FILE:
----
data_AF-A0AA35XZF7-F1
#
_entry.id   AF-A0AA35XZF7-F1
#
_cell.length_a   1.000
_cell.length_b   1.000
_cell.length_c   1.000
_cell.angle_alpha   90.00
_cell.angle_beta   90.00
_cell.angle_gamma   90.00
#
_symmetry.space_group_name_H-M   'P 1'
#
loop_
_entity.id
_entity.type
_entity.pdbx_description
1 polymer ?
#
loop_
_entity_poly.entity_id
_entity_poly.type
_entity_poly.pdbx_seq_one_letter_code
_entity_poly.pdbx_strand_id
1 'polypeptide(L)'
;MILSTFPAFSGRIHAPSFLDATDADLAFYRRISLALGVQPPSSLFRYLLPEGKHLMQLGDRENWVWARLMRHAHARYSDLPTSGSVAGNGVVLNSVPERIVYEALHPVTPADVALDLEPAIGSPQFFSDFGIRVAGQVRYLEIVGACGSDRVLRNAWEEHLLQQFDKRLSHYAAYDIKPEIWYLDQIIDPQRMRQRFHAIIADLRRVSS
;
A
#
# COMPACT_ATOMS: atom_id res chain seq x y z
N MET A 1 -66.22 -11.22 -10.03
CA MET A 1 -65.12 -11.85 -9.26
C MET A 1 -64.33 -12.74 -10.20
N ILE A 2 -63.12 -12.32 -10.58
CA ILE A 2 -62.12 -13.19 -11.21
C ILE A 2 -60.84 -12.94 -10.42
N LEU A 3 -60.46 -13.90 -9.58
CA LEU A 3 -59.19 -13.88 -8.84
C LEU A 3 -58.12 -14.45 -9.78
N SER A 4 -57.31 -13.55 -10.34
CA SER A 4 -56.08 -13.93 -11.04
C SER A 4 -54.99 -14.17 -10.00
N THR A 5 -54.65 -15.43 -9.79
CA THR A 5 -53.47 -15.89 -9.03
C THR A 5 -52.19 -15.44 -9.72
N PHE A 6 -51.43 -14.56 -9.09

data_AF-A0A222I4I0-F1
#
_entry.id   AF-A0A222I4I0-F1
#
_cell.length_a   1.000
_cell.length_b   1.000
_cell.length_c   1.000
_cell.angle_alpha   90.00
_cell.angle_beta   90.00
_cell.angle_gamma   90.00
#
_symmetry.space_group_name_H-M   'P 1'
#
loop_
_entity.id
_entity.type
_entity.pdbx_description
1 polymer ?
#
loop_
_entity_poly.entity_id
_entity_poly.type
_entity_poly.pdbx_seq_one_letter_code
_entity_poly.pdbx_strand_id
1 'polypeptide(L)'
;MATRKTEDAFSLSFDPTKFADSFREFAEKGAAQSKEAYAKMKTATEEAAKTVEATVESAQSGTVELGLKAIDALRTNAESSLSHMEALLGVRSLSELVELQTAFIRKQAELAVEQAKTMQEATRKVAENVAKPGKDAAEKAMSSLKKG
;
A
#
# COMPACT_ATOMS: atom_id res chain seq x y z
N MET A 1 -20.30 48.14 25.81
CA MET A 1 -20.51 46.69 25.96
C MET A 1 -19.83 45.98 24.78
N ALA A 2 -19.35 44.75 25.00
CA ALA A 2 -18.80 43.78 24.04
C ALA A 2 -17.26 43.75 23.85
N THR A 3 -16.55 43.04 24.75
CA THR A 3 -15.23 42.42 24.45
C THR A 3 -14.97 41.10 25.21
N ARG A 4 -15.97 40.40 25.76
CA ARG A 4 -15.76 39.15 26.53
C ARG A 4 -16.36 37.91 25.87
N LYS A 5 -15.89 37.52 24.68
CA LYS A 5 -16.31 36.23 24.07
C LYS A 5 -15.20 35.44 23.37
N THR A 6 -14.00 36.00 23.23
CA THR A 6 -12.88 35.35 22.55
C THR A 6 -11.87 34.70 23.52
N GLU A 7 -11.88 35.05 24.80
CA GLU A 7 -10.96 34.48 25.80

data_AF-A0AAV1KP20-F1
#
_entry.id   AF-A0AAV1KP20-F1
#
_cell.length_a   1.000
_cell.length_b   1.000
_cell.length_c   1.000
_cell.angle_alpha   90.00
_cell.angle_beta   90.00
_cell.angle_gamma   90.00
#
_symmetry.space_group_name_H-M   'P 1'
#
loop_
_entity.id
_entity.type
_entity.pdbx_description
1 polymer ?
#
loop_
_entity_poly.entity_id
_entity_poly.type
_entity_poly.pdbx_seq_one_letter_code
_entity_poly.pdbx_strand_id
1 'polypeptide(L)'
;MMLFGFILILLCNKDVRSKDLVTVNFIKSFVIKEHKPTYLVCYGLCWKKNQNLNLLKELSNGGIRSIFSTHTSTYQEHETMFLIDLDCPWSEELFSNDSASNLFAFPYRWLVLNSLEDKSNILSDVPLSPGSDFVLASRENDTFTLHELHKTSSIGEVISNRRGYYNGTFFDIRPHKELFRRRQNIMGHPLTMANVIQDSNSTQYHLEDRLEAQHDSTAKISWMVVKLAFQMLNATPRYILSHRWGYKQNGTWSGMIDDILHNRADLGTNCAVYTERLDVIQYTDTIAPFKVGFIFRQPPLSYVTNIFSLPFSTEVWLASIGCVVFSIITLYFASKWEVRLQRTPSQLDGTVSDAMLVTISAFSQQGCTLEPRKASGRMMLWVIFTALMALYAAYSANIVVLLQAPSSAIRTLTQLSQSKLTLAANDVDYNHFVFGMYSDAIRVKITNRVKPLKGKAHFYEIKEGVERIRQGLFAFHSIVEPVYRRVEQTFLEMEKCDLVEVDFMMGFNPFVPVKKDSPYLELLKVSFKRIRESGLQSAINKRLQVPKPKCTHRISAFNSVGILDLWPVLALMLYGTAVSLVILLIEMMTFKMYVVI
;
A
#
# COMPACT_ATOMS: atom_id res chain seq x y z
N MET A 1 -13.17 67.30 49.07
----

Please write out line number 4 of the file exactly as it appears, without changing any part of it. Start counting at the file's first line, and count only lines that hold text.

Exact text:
#